Asiana Wreck Caused by Pilot Mismanagement, Says NTSB

Posted on Jun 25, 2014

On Tuesday, June 24, the National Transportation Safety Board revealed its findings on what caused the July 2013 Asiana crash involving a Boeing 777 in San Francisco.

 

The primary reason behind the crash cited in the NTSB report is pilot mismanagement and cockpit confusion. Investigators also blamed the crew’s over-reliance on the aircraft’s complex autothrottle system which the South Korean-based Asiana Airlines failed to train their pilots on correctly.

 

The report claims that the pilot flying the aircraft, Captain Lee Kang Kuk, was flying a visual approach, and had inadvertently disengaged the autothrottle when he reduced the aircraft’s thrust to maintain a steady descent. Though he claimed that he was aware of the final approach being too low and too slow, he failed to initiate a go-around, saying that the check airman beside him in the right seat was the only one with the authority to call for a missed approach.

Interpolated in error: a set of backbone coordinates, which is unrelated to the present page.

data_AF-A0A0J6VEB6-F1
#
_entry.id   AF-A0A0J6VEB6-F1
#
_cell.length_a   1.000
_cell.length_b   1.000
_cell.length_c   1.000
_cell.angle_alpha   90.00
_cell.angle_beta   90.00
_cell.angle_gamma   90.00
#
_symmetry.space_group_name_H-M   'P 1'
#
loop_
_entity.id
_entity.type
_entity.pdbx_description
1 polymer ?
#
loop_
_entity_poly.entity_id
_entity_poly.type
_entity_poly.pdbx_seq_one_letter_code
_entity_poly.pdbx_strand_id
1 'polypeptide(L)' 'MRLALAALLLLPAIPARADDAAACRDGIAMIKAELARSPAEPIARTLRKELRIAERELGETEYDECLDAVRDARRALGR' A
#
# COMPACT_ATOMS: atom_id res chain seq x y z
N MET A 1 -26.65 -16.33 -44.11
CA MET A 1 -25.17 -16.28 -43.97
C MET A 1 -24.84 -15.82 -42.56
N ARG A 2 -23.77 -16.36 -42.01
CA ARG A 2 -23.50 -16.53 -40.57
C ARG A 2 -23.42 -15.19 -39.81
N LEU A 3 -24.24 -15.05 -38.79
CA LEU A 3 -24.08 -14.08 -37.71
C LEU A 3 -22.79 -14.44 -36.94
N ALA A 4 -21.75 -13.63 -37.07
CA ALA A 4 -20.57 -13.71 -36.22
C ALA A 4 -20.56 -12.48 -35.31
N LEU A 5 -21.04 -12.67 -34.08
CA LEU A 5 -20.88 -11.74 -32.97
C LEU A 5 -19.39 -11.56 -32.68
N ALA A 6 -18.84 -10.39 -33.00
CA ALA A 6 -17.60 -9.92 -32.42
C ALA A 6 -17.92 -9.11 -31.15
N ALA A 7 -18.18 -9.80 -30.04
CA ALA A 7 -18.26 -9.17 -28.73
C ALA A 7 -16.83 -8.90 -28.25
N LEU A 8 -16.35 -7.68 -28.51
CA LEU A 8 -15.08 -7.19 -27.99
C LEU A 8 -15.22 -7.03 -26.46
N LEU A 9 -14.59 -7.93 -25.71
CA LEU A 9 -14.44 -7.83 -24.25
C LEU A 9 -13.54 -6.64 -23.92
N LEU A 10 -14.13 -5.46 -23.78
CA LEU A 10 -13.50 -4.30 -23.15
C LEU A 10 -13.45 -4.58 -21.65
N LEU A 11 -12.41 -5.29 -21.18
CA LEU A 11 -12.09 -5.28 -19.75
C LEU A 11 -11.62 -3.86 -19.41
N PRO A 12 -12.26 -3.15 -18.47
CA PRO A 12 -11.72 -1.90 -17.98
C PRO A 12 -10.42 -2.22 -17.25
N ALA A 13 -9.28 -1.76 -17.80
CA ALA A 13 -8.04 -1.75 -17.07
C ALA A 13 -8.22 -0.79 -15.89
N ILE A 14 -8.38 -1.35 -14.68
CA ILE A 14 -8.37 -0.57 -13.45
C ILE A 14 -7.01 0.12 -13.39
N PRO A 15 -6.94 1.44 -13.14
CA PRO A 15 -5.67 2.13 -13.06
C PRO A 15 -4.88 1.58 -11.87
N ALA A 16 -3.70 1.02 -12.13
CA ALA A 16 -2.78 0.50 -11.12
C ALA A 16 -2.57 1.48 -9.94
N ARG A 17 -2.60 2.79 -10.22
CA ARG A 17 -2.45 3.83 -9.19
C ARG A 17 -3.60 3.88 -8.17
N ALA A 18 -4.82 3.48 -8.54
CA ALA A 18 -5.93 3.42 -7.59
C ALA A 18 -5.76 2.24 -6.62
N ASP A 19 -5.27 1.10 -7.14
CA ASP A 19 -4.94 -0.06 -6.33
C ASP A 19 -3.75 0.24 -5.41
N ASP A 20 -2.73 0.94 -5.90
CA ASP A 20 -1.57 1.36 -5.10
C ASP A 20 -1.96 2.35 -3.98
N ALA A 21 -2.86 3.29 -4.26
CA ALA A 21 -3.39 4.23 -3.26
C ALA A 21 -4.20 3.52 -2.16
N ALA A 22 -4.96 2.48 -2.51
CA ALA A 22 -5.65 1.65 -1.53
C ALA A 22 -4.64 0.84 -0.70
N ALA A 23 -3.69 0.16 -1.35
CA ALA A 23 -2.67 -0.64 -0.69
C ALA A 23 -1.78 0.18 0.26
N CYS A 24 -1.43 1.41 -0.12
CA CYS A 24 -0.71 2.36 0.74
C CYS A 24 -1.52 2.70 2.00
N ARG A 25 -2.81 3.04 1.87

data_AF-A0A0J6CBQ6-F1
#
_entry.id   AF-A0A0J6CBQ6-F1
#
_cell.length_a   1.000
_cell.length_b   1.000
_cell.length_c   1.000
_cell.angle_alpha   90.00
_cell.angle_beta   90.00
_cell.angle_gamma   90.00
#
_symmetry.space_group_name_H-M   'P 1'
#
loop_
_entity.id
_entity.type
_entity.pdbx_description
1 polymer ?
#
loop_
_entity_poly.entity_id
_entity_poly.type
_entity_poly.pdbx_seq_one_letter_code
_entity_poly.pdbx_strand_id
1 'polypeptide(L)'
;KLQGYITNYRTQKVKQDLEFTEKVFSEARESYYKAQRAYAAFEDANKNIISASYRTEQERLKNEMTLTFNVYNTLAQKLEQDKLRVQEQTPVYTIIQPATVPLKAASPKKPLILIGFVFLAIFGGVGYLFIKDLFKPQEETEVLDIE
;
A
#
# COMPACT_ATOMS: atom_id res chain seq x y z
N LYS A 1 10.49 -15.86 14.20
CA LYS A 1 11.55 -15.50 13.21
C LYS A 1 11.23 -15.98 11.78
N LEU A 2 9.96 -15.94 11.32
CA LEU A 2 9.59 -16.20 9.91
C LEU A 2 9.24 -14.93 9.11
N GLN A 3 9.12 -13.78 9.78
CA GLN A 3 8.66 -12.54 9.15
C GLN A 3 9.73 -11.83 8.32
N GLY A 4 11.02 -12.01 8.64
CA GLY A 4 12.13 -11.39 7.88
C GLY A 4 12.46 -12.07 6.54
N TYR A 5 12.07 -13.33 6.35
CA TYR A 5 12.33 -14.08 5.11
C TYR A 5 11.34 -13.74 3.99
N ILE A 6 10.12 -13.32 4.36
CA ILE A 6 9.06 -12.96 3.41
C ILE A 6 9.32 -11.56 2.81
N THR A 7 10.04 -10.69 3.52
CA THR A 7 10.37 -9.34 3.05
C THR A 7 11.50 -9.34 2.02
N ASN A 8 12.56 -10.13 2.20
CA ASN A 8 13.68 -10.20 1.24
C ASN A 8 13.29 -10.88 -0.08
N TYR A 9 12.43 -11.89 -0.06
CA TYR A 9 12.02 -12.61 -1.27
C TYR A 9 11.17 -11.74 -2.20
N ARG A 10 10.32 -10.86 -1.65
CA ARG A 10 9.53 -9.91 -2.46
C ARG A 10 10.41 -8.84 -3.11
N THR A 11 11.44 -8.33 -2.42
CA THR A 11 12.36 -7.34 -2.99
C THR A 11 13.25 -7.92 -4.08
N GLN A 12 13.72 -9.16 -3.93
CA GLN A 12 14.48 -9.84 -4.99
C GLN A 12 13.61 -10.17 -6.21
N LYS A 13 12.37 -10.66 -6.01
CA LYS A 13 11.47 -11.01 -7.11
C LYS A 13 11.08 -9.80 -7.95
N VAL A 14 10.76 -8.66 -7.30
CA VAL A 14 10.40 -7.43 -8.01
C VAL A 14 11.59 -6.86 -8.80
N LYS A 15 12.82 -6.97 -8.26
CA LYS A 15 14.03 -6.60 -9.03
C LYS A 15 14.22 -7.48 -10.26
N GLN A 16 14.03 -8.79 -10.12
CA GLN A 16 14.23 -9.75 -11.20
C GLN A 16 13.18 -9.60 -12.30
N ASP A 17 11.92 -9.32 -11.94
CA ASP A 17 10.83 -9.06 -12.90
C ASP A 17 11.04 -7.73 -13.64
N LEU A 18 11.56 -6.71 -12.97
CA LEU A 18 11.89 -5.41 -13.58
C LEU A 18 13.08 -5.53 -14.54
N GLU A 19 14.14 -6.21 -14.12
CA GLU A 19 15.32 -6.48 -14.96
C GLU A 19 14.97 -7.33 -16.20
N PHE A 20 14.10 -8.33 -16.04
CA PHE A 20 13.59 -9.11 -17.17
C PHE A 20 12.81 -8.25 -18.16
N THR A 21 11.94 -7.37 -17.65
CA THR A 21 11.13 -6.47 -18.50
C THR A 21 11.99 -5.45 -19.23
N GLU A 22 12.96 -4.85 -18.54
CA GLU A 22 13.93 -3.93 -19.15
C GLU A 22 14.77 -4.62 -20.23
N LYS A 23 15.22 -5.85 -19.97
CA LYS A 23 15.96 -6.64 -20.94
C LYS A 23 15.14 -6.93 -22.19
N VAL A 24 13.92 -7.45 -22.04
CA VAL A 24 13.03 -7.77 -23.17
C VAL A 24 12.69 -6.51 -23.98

Crew resource management, or CRM, is a widely embraced flight deck philosophy in the United States, but a decided lack of it had contributed to several South Korean incidents where the captain’s authority remained unquestioned.

 

Asiana Airlines admitted that the pilots failed to maintain the aircraft’s airspeed and abort the landing when the approach was discovered to be unstable. The airline did claim, however, that Boeing’s design was faulty, and should have had been able to maintain airspeed after the autothrottle had been placed into “hold mode.” While experts agree that the autothrottle does require special care and awareness, they also argue that the highly automated systems of the 777 require special training that Asiana simply did not provide.

 

The Phoenix aviation accident attorneys of Curry, Pearson & Wooten extend their condolences to the friends and families of those killed in the crash.

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